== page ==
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Fiery Chili Peppers Could Help Burn Fat, Research Suggests

Need a way to turn up the heat and burn more calories? Consider adding more hot chili peppers to your diet. University of Wyoming researchers believe that capsaicin — the fiery component that gives peppers their heat — can potentially override a high-fat diet. As Medical Daily reports, the researchers added 0.01% of capsaicin to […]

Fiery Chili Peppers Could Help Burn Fat, Research Suggests

Need a way to turn up the heat and burn more calories? Consider adding more hot chili peppers to your diet.

University of Wyoming researchers believe that capsaicin — the fiery component that gives peppers their heat — can potentially override a high-fat diet.

As Medical Daily reports, the researchers added 0.01% of capsaicin to lab mice that were on high-fat diets, and found that the weight of the mice plateaued in those carrying the TRPV1 protein, despite the fatty diet.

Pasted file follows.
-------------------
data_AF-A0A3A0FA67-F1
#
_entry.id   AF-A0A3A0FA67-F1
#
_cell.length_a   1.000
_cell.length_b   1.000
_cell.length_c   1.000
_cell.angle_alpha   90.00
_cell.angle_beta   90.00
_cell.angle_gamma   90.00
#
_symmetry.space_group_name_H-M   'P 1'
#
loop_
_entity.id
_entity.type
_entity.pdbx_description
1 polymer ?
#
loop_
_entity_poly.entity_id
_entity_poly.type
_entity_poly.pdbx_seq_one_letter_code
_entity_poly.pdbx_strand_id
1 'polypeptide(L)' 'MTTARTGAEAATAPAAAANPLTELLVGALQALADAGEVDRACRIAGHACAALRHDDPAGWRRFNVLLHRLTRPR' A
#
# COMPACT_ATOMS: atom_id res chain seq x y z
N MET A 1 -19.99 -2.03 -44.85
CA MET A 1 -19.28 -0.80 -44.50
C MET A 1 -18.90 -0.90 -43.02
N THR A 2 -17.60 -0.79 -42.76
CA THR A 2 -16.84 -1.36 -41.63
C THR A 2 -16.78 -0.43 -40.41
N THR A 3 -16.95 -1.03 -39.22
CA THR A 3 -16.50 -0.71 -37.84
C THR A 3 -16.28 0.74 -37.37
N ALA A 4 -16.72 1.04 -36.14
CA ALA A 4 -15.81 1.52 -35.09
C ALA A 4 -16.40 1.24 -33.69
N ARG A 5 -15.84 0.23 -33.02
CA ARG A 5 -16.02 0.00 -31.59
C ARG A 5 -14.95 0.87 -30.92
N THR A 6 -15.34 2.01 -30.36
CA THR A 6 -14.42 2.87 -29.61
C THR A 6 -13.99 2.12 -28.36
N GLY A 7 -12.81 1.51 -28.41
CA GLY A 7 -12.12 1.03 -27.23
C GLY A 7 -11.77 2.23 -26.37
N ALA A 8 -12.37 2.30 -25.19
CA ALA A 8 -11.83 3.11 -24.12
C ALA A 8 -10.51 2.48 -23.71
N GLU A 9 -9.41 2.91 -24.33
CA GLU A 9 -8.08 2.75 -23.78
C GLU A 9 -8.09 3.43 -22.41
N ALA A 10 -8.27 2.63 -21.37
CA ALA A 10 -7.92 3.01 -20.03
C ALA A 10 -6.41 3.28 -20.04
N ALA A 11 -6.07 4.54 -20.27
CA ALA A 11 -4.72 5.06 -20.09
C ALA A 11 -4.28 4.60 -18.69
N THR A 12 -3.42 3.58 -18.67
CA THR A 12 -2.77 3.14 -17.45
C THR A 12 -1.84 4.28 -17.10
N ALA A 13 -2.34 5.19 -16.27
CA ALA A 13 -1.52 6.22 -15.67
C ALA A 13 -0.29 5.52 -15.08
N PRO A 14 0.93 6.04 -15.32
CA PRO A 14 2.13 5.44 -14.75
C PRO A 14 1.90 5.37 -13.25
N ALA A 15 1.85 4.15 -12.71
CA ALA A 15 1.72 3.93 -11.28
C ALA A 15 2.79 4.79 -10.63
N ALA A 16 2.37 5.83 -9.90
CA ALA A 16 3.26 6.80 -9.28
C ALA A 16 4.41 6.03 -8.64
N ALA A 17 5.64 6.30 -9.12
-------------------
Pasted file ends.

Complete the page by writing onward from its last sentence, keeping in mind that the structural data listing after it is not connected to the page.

The researchers believe that capsaicin converts fat-storing white cells into fat-burning brown cells through the process of thermogenics, which is what happens during exercise. Once it’s been activated, brown fat can burn up to 300 calories in 24 hours. Studies have also shown that brown fat can also help the body control blood sugar, which lowers the risk of obesity and diabetes. Not to mention its other, ancillary benefits, such as its ability to reduce to the risk of colorectal tumors, cool heartburn, and suppress the formation of ulcers.

Researchers plan to continue their research in the hopes that they can develop a weight loss supplement.

“Next, we’ll focus on our longer-term goal of developing TRPV1 agonists as new drug molecules to prevent and treat obesity,” said the researchers. “We envision a nanoparticle-based sustained-release formulation of capsaicin, which is currently under development in our laboratory. In turn, this will advance a novel dietary supplement-based approach to prevent and treat one of the life-threatening diseases, obesity and its associated complications — in humans.”

While the study suggests that a dose of capsaicin can counteract the saturated fat in a plate of buffalo wings, dieters might be more wise to spice a healthy bowl of guacamole, instead.

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